June 2022 Cookbook of the Month: EDWARD LEE MONTH

I’ve read the story. He’s talking about West Virginia, specifically, but slaw dogs are a thing throughout the south. The Varsity in Atlanta is probably the most famous slaw dog place anywhere. So just pointing out that your hunch that cheese would also go well is probably accurate, since The Varsity sells a version like that.


That’s cool to learn. I had no idea slaw dogs were a whole thing.

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OK, folks, I tried the pickled cherries! Mr. Lee recommends serving them with a chicken or game (bird) dish, which obviously was not happening around here. So I had to think about how to use them. I started thinking about meatballs, and that meatballs with sour cherries exist. An EYB search pointed me to Syria, and I pulled out a couple books and looked at the spicing. Then went my own way, as I am wont to do. The Syrian recipes involve a sour cherry sauce. I didn’t want to make a sauce, I wanted the pickled cherries on the side. But I took some hints from the seasoning to make a Syrian-ish meatball. Served with pickled cherries on the side, and also a yogurt sauce (dill/mint/preserved lemon) as an alternate dipping option. The cherries were great with the meatballs, and great on their own. Loved by both of us here at Casa de Mel. I would agree with Mr. Lee that these end up being more savory that sweet. They are sweet, but the salt, vinegar, and rosemary skews them to the savory side. Will make again.



So, this is on repeat at my house. And Mr. Shark- who has bad childhood memories of eating too much meatloaf growing up, LOVES this meatloaf and will eat it out of the pan if I let him. If the meatloaf is a great melody, the full sandwich is a whole symphony in your mouth.

First, you saute onions, celery, and garlic in butter until soft. Then you add bacon and button mushrooms until they are soft. Take the mixture off the heat and let cool to room temperature. Throw it into a bowl.

Next, you add ground beef, bread crumbs- which I subbed out for low carb friendly stuff which doesn’t bind as well as bread crumbs sadly, egg, egg yolk, ketchup, coke, bourbon, worcestershire sauce, salt, and pepper into the bowl with the aromatics and bacon/mushrooms. Mix until evenly blended. Stuff into a loaf pan. He recommends a 9X5. But I think this will also fit into an 8in. one as well.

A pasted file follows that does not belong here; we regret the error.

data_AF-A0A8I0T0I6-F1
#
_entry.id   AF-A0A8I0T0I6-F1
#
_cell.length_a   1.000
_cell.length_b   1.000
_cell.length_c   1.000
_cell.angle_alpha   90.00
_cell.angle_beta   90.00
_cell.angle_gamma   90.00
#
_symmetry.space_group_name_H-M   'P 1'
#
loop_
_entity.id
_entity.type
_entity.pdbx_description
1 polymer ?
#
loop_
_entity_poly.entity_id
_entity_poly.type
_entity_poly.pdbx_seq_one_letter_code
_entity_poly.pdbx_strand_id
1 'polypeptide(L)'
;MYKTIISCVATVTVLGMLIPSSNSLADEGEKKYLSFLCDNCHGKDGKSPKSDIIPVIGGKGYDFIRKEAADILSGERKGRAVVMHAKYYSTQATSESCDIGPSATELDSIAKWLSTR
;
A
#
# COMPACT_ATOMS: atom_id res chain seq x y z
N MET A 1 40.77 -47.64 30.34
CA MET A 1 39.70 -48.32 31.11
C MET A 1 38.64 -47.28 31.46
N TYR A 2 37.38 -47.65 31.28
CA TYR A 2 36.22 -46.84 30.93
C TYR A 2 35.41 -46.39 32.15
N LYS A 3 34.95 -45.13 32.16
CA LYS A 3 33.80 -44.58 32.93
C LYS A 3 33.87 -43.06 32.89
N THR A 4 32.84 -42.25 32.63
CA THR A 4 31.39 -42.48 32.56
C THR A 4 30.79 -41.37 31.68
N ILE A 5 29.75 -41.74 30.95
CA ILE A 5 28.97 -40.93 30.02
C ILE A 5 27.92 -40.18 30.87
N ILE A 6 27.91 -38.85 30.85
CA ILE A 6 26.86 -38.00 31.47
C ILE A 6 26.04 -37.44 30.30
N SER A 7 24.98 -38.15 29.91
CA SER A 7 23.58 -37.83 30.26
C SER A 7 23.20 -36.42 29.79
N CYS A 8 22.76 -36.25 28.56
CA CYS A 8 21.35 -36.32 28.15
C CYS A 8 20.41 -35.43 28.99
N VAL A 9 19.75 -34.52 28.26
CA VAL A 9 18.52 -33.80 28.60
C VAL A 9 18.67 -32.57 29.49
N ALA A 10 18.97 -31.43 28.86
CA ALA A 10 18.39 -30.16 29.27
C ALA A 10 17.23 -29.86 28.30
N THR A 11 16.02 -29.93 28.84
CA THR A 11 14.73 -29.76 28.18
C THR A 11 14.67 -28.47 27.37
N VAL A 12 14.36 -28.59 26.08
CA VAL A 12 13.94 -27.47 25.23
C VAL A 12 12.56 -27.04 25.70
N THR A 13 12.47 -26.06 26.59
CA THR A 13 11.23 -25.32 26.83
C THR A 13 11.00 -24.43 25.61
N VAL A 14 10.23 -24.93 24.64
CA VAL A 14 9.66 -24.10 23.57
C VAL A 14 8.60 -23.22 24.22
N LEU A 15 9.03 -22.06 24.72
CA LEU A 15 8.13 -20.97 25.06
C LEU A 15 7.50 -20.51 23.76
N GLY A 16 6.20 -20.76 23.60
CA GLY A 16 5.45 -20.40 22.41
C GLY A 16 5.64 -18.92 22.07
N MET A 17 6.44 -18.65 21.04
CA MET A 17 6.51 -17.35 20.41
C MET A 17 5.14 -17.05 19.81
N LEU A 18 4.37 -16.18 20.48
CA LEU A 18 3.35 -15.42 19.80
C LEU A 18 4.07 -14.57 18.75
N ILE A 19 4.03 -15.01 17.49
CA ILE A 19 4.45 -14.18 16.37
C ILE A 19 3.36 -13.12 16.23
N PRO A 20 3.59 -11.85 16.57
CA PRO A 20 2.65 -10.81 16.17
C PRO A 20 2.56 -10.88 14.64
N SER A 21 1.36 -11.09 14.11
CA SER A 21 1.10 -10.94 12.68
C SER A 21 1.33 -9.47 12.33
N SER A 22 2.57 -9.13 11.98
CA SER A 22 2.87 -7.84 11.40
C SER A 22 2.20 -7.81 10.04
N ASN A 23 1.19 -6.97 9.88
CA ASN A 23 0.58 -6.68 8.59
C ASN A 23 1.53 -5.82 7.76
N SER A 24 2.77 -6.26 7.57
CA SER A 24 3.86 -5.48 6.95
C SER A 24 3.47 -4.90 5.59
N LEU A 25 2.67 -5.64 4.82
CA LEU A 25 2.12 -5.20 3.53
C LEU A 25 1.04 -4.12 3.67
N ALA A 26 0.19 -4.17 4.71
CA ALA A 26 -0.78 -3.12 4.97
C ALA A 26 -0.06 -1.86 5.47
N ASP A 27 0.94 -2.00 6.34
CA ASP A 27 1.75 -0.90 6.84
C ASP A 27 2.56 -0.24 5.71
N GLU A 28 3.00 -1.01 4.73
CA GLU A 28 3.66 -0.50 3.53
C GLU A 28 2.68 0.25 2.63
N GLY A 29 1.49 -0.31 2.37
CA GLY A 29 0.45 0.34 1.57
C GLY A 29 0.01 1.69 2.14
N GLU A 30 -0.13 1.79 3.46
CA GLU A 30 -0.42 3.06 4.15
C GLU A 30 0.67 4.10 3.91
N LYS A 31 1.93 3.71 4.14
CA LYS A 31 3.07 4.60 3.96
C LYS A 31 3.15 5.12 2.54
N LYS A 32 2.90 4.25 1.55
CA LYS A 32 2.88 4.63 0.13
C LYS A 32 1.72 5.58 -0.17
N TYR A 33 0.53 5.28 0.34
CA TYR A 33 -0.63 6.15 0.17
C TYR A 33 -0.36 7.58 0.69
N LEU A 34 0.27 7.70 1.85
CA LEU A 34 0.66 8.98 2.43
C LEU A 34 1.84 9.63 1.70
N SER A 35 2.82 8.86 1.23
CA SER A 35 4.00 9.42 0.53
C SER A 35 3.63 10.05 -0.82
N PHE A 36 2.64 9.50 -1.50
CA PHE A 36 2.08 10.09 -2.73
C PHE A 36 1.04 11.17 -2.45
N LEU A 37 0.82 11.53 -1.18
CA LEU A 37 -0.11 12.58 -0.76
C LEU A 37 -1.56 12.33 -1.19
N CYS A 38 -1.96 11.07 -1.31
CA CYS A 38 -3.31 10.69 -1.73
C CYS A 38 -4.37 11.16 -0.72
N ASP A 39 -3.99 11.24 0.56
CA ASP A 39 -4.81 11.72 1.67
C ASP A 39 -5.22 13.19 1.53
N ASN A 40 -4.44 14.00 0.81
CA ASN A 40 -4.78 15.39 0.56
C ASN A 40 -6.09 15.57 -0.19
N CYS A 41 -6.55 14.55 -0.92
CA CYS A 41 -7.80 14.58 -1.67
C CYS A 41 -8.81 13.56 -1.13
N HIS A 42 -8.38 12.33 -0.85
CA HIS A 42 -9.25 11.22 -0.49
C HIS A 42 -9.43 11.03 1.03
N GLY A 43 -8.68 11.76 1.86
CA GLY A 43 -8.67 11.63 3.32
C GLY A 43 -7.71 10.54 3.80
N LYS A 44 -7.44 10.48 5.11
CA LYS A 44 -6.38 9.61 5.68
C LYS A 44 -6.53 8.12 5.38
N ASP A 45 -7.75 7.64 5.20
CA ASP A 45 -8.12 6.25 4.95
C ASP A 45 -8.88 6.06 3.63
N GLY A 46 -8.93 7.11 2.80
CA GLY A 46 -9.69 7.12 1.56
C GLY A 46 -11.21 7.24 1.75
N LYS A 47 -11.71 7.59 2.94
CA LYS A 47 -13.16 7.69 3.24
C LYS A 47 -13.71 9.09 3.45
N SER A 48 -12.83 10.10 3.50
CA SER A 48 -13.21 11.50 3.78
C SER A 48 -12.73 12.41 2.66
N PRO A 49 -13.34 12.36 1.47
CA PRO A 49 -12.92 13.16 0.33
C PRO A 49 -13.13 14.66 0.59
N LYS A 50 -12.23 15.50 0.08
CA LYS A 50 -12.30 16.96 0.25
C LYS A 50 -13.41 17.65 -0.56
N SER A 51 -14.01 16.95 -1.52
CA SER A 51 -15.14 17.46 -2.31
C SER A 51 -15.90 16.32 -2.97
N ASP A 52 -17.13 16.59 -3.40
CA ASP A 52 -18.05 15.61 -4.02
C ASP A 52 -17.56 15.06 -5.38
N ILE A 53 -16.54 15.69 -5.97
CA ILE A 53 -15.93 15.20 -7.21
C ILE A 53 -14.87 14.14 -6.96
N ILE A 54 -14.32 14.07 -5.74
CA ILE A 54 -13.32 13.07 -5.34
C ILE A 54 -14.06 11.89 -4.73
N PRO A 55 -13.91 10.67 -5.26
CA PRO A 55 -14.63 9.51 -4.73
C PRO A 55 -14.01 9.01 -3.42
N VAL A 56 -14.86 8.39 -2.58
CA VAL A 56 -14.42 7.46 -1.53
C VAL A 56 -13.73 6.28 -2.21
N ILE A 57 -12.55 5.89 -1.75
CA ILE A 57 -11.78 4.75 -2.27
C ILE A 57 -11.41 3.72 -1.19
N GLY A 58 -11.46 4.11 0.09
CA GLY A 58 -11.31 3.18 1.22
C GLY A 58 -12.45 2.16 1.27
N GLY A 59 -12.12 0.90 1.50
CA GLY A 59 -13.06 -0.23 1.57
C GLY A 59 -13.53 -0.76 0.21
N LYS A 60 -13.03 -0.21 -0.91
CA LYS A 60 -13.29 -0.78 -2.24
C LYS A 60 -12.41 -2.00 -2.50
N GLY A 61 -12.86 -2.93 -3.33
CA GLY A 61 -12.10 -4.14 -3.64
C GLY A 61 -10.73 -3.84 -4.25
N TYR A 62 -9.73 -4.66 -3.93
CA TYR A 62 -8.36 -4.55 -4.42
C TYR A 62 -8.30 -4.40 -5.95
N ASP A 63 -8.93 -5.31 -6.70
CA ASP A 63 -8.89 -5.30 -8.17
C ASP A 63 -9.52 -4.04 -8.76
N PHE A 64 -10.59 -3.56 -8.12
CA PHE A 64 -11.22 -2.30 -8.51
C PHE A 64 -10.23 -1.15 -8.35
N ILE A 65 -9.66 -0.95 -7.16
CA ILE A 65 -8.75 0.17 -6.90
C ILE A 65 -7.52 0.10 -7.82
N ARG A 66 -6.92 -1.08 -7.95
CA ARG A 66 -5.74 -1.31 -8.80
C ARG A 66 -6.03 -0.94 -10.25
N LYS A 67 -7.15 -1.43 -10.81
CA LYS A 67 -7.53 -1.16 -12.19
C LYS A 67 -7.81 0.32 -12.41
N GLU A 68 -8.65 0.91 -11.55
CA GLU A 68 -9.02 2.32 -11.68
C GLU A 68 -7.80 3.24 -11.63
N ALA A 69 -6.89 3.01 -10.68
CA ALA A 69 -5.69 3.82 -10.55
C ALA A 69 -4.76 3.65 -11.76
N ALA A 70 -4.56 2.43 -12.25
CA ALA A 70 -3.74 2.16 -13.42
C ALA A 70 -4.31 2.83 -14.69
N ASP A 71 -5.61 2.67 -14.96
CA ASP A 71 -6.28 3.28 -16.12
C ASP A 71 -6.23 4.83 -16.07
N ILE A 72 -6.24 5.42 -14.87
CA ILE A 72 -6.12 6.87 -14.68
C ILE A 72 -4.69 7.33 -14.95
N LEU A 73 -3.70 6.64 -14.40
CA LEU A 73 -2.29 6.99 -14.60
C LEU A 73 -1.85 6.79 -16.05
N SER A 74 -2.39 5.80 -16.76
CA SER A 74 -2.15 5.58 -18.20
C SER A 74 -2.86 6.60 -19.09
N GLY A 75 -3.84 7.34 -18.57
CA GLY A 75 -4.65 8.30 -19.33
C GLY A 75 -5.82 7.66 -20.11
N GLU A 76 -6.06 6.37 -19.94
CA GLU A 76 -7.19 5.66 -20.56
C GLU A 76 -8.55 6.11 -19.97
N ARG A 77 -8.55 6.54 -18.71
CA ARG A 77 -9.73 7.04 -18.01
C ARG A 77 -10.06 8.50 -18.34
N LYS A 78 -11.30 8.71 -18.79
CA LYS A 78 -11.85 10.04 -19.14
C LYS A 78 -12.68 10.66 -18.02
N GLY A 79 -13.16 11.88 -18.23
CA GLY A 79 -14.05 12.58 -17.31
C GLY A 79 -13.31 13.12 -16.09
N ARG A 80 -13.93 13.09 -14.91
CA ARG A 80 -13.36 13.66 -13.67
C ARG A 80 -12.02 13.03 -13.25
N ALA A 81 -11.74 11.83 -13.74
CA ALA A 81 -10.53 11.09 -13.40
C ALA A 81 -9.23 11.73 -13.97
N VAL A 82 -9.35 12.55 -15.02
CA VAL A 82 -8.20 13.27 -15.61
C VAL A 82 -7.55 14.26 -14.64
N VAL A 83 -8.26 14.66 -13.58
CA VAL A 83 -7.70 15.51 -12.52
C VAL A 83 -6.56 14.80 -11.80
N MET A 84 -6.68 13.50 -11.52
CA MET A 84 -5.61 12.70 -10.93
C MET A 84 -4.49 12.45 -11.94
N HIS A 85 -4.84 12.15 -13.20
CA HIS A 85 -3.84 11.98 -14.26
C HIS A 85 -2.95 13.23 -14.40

Prepare the glaze by mixing ketchup, soy sauce, and brown sugar together. Slather it on top of the loaf.

Bake for 1 hour and 10 minutes.

Carefully tip the loaf pan and get any drippings out. I had 90% beef so I didn’t have a full cup of pan drippings. You could use more chicken stock or even beef stock as well, I think. That’s what I did. I just added in more stock. So, to make the gravy, you melt more butter and whisk in some flour to make a roux-ish base. He has you add in the drippings/stock right away, but I like to cook off the flour for a few minutes. Not to get color but mostly to cook out the raw flour taste. Bring it all to a simmer and cook for a few minutes. Add salt, black pepper, and a little lemon juice. Turn off heat and keep gravy warm until ready to use.

Unmold the loaf. And slice into about 1/4 slices. I like mine thicker so I do 1/2 or so.

Fry a egg. Toast some bread. Cut up some tomatoes.

Smear some mayo on the toast, top with meatloaf, and then tomato. Lay your fried egg on top of the tomato. And then drizzle the gravy over it all. Add some chopped parsley. Eat immediately.

This was so good and I was so hungry that I took a really bad photo of the meatloaf. When I went back to make another sammie… the spouse had EATEN ALL THE MEATLOAF. So sorry for the crap photo.


It is. I am from Kentucky originally and it is what we call pool hall chili! delicious